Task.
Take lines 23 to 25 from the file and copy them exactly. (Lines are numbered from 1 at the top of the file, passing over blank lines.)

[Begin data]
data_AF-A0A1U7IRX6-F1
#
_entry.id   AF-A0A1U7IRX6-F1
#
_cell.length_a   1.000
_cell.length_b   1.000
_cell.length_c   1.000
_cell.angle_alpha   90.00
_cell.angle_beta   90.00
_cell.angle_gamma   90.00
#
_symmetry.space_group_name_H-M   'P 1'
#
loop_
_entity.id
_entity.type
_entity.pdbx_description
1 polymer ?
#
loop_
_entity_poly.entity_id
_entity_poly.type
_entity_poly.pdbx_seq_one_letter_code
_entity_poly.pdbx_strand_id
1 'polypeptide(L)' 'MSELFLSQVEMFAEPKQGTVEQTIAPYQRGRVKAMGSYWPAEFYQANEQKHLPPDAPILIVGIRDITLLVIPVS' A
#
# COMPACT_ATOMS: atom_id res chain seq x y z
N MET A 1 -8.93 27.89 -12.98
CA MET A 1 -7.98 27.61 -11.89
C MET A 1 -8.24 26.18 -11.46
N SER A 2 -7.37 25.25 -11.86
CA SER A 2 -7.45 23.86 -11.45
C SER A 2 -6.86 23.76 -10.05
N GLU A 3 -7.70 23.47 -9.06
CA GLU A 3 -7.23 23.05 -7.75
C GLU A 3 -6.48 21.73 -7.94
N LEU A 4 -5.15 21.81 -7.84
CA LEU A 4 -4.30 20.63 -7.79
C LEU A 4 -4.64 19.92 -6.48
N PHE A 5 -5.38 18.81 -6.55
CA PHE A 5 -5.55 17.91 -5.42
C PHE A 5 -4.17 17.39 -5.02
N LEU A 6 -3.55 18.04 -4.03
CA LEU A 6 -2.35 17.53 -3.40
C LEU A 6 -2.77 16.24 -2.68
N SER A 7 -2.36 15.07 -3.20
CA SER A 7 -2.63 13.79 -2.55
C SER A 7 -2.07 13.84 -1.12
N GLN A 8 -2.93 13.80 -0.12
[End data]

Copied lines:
_entity_poly.pdbx_seq_one_letter_code
_entity_poly.pdbx_strand_id
1 'polypeptide(L)' 'MSELFLSQVEMFAEPKQGTVEQTIAPYQRGRVKAMGSYWPAEFYQANEQKHLPPDAPILIVGIRDITLLVIPVS' A